Elizabeth Wurtzel  

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"I start to get the feeling that something is really wrong. Like all the drugs put together-the lithium, the Prozac, the desipramine, and Desyrel that I take to sleep at night-can no longer combat whatever it is that was wrong with me in the first place. I feel like a defective model, like I came off the assembly line flat-out fucked and my parents should have taken me back for repairs before the warranty ran out." --incipit Prozac Nation (1994) by Elizabeth Wurtzel

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Train wreck at Montparnasse (October 22, 1895) by Studio Lévy and Sons.
Train wreck at Montparnasse (October 22, 1895) by Studio Lévy and Sons.

Elizabeth Lee Wurtzel (July 31, 1967 – January 7, 2020) was an American writer and journalist, known for her best-selling memoir Prozac Nation at the age of 27.



Wurtzel was brought up Jewish. Her parents divorced when she was young. As described in Prozac Nation, Wurtzel's depression began at the ages of ten to twelve. She attended Ramaz for high school and was described as an over-achiever by her teachers, who expected her to become a nationally famous writer. While an undergraduate at Harvard College, she wrote for The Harvard Crimson and the Dallas Morning News, from which she was later fired for plagiarism. Wurtzel also received the 1986 Rolling Stone Magazine College Journalism Award. Following her graduation, Wurtzel moved to Greenwich Village in New York City and found work as pop music critic for The New Yorker and New York Magazine. She is set to graduate from Yale Law School at the end of the 2008 term.

Prozac Nation

Wurtzel is best known for publishing her memoir, the best-selling Prozac Nation, at the age of 26. The book chronicles her battle with depression while being a college undergraduate and how she was eventually rescued by Prozac after multiple attempts at treatment and suicide attempts. The film adaptation of Prozac Nation, starring Christina Ricci, premiered at the Toronto International Film Festival September 8, 2001 but never had a U.S. theatrical release. It was telecast on the Starz! network during March, 2005 and was released on DVD in the summer of 2005.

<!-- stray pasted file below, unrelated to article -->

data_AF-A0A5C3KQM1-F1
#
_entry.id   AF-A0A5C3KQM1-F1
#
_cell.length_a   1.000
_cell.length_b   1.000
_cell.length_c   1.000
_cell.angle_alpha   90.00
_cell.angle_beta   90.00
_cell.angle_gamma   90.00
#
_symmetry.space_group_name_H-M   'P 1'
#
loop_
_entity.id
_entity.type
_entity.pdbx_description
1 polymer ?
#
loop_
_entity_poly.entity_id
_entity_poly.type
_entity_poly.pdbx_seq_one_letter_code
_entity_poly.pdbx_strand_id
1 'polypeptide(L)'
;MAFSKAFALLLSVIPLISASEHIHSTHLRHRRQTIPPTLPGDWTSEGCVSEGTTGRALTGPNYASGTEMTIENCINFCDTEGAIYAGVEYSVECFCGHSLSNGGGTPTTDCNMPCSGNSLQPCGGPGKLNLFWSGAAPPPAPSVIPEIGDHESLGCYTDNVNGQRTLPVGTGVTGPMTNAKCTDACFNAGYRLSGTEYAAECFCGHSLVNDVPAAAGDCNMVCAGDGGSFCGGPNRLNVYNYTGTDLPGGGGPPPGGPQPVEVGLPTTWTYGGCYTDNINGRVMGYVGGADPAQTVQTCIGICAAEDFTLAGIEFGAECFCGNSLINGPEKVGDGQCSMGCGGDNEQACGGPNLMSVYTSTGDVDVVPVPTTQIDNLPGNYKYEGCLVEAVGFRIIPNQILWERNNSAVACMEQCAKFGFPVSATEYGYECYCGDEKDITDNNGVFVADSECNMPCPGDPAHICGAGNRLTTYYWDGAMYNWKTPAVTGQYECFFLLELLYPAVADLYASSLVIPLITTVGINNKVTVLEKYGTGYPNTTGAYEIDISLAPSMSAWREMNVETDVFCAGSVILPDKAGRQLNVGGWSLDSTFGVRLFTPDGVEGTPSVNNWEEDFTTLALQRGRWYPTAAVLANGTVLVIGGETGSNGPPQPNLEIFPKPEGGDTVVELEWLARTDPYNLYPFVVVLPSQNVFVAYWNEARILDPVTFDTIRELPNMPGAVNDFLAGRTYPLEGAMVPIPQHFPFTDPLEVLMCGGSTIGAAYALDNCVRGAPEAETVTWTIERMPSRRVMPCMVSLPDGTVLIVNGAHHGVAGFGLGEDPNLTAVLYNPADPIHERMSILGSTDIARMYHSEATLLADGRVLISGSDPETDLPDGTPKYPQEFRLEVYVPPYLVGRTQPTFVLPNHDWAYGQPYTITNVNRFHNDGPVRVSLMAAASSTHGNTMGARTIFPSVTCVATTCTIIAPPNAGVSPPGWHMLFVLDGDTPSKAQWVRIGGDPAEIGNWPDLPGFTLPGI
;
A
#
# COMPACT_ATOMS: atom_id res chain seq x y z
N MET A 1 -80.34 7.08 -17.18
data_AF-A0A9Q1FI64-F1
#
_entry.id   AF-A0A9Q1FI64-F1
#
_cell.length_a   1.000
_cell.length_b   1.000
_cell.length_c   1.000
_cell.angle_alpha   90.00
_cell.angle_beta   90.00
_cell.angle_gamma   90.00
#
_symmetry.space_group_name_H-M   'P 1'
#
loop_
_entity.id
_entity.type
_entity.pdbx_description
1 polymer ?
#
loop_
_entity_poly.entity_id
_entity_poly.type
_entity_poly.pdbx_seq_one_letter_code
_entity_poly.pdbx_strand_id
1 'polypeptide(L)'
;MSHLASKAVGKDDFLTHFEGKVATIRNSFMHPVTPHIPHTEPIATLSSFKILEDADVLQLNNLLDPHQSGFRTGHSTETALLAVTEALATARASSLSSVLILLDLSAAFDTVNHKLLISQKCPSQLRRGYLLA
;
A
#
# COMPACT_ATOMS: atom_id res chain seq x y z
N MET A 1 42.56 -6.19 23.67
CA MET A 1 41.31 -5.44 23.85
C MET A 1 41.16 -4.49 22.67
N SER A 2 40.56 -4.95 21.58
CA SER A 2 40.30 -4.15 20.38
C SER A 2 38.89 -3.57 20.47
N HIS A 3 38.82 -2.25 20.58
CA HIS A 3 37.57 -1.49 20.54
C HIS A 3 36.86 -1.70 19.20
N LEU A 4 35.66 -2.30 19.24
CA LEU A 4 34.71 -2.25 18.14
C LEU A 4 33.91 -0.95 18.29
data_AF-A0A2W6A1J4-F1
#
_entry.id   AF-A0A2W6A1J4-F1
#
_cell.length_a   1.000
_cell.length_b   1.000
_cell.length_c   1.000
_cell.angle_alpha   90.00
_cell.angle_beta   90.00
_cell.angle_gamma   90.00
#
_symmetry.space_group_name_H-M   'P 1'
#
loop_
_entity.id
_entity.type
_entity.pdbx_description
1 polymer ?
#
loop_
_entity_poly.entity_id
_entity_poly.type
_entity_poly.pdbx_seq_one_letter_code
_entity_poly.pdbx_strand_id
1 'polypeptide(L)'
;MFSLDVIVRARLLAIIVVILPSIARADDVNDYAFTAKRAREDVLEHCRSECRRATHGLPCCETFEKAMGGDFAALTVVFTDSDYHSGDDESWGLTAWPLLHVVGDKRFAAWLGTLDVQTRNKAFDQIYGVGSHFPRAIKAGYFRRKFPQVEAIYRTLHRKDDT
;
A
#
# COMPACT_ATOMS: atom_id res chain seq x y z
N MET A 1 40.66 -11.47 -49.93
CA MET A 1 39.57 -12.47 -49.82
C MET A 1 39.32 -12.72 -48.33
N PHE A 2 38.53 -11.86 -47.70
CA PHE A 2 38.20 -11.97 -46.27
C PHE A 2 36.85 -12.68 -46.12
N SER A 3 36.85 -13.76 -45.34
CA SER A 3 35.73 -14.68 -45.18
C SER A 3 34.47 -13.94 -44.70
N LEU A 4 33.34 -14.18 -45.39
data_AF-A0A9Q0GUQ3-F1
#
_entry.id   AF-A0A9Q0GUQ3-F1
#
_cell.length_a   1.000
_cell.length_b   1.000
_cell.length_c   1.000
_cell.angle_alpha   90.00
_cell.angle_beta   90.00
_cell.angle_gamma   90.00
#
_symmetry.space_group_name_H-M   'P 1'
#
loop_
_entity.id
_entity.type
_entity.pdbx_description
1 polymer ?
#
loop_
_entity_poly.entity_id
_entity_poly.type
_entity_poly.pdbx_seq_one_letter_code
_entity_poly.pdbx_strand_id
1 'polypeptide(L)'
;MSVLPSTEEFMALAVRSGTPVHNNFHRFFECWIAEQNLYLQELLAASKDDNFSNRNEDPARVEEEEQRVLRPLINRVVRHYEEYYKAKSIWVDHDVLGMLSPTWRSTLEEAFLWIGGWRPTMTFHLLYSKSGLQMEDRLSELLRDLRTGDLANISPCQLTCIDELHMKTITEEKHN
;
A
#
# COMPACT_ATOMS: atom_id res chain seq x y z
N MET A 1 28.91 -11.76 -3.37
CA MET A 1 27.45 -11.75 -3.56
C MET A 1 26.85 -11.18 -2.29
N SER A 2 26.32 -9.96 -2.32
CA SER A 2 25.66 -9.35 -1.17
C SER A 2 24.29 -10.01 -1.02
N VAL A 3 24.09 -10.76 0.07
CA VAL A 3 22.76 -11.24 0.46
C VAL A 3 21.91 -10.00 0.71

Controversy erupted over comments that Wurtzel, who lived near the World Trade Center in New York, made about the September 11 attacks, during an interview with Jan Wong about the Prozac Nation sequel, More, Now, Again: A Memoir of Addiction. She was quoted in a February 16, 2002, article by Wong titled, "That's enough about me, now, what do you think of me?", for The Globe and Mail in Toronto:

My main thought was: What a pain in the ass... I had not the slightest emotional reaction. I thought, this is a really strange art project... It was a most amazing sight in terms of sheer elegance. It fell like water. It just slid, like a turtleneck going over someone's head... It was just beautiful. You can't tell people this. I'm talking to you because you're Canadian... I just felt like everyone was overreacting. People were going on about it. That part really annoyed me... I cried about all the animals left there in the neighborhood... I think I have some kind of emotional block. I think I should join some support group for people who were there... You know what was really funny? After the fact, like, all these different writers were writing these things about what it was like, and nobody bothered to call me.

In a previous interview (October, 2001), Wurtzel had described her experiences on that day in less dispassionate terms:

I remember sitting in my apartment and when the first tower fell and the ground shook and one of my windows blew out and there was all this horrible gray and brown dust blowing into my apartment, and I was on the phone with my college roommate, who was calling from Washington basically to say, "Get out of your apartment. You just have to get out of your apartment." And I screamed really loud while I was on the phone with her and I just kept saying, "I'm going to die." And I later spoke to her and she said she's never heard me sound so afraid. And I think it was because for the first time in my life I felt like, you know, in actual danger... As of right now, all it is one horrible, horrible day in the history of this city and this country. We don't know yet what else is gonna happen. But I do think people our age are pretty philosophical about this stuff. Maybe it's just a refusal to believe that anything terrible is going to happen. I mean, maybe that's my problem. Maybe that's what I sound like.


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